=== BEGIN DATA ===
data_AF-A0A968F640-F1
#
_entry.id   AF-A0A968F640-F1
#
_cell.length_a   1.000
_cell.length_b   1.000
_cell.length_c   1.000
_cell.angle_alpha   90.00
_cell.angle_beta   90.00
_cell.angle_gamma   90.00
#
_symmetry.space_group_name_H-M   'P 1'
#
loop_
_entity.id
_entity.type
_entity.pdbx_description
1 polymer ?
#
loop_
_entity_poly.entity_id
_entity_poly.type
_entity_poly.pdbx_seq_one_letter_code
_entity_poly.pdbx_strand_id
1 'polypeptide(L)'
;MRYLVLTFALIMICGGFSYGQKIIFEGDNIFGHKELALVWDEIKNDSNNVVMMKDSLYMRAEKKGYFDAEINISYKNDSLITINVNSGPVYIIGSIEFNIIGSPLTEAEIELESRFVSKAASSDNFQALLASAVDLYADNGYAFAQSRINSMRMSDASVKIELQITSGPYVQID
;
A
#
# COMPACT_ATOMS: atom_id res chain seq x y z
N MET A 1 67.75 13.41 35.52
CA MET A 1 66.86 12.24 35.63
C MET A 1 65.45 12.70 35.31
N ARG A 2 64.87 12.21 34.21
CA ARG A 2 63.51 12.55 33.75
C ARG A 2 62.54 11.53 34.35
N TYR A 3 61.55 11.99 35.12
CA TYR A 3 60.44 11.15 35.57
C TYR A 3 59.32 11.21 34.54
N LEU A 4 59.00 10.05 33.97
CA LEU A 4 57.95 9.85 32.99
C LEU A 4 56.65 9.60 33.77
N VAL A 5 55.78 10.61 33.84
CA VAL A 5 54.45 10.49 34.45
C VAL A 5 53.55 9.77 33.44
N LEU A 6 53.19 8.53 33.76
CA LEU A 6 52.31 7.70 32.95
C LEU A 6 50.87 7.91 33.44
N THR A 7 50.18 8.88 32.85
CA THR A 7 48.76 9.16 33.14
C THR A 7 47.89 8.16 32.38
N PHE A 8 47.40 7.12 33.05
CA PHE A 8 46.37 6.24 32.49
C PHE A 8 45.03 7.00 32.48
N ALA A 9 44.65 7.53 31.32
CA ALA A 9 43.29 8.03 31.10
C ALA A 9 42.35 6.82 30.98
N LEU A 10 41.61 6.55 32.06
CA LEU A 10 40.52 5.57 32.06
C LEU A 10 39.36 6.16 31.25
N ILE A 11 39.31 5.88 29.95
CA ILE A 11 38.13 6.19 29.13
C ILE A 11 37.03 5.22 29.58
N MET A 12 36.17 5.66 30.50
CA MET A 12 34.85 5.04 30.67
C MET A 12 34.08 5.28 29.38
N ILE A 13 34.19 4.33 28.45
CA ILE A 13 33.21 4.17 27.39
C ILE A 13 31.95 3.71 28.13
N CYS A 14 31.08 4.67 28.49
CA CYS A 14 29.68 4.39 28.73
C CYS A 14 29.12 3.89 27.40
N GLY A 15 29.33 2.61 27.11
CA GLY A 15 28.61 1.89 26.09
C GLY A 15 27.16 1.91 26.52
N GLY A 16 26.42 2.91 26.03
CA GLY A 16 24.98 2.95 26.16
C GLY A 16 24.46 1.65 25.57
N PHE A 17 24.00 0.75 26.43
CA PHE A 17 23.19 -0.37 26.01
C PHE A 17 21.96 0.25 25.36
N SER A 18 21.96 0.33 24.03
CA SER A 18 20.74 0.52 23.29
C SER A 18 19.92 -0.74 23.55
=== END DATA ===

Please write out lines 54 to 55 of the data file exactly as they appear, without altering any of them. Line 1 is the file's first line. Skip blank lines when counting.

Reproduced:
C PHE A 8 45.03 7.00 32.48
N ALA A 9 44.65 7.53 31.32